War of words

Natasha Moore on the challenge of defining terms like "culture wars", and the importance of generosity towards those we attempt to describe.

Last week a conservative writer went viral – not in the good way – when, in a TV interview, she struggled to define a key term she rails against in her new book: woke. She was self-aware about it. “This is going to be one of those moments that goes viral,” she said ruefully.

There was much glee on Twitter; and some circumspection, especially from those in media who appreciate that we’re all one mental blank away from being the internet’s joke of the day. There, but for the grace of God, go I.

In fact, I found myself drawn up short recently, waxing lyrical to a group of conference-goers about some pitfalls of our cultural moment, when someone put up a hand and asked the very reasonable question: can you define what you mean by “culture wars”?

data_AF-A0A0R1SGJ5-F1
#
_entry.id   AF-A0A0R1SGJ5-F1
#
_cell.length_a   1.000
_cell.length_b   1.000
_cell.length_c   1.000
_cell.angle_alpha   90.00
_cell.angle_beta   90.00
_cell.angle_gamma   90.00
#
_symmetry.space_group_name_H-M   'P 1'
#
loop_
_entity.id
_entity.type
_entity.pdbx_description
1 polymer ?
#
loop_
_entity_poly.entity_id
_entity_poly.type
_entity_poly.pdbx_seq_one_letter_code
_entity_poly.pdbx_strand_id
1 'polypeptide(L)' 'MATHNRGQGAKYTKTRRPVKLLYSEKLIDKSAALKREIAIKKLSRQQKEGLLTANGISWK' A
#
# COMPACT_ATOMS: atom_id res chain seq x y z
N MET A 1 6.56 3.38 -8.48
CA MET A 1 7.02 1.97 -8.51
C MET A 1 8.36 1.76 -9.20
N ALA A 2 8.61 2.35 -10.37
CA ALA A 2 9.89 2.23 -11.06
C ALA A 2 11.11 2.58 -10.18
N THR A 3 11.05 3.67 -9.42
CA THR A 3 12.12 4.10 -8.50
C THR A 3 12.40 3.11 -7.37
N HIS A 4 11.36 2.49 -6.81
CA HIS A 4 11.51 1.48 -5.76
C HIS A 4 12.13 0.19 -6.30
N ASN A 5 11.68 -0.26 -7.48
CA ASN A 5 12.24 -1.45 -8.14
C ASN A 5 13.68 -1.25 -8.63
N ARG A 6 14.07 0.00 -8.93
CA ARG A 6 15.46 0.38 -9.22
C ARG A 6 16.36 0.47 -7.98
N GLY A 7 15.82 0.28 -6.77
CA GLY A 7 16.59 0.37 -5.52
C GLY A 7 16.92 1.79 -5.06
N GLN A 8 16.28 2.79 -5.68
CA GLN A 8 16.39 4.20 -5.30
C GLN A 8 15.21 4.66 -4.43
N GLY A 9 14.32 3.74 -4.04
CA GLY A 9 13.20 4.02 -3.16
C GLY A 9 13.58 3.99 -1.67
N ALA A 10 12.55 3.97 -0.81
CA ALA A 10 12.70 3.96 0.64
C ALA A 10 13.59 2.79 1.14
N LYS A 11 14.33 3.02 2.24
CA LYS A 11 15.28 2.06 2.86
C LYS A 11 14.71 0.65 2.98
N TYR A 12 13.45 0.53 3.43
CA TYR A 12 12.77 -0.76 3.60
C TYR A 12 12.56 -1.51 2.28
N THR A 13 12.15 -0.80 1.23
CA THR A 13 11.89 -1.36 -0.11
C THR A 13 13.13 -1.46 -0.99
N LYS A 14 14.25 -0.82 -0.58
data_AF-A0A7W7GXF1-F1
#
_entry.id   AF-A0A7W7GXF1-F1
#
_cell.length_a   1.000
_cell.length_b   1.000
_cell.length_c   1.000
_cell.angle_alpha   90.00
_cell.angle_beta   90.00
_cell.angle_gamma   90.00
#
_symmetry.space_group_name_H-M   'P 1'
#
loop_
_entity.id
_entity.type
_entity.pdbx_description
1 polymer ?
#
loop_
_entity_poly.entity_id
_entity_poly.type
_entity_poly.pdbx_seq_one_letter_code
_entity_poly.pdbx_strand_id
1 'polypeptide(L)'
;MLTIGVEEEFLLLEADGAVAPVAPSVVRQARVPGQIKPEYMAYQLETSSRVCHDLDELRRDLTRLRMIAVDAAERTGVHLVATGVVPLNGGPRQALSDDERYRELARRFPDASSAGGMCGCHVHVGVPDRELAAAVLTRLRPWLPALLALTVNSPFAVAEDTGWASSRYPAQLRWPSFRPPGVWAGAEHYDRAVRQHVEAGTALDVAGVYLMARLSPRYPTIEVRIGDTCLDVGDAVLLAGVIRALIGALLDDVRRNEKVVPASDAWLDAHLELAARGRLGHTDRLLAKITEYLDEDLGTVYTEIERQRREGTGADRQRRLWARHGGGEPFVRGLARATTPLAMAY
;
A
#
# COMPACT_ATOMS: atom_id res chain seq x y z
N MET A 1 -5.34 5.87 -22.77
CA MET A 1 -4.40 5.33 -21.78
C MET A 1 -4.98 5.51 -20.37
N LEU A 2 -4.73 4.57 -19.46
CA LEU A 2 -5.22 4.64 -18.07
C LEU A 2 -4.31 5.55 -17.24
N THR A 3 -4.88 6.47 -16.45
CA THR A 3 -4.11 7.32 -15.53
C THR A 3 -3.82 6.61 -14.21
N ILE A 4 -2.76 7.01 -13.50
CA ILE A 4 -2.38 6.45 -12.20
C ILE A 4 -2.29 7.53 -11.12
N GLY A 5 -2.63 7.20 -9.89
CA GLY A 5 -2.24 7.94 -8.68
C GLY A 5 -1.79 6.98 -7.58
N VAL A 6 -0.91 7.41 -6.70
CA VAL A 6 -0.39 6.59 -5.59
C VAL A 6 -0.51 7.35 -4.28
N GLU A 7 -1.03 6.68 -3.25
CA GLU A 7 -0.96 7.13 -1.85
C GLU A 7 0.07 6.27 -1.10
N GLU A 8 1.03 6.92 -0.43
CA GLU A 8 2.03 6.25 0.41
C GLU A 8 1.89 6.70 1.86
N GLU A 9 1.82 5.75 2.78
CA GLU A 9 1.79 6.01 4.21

Reader, I could not. I groped for a few descriptors: how every issue gets politicised these days; how easily things are made to fuel an “us” vs “them” mentality. But so many of the most prominent words in a culture at a given moment rely on “the vibe”, on a principle of “I know it when I see it”.

On one level, that’s understandable. To say that woke means “politically and socially aware” or the culture wars are “a conflict between groups with different cultural beliefs” may be strictly accurate. But such terse definitions flatten layers upon layers of complexity and experience that have accrued to the terms, and that *can* make them such a useful shorthand.

But those layers also make expressions like this slippery; easily weaponised. And lazy. These fraught conversations call for humility, self-questioning, and generosity especially towards those we attempt to describe. That’s a path of which I want to say: there, by the grace of God, go I.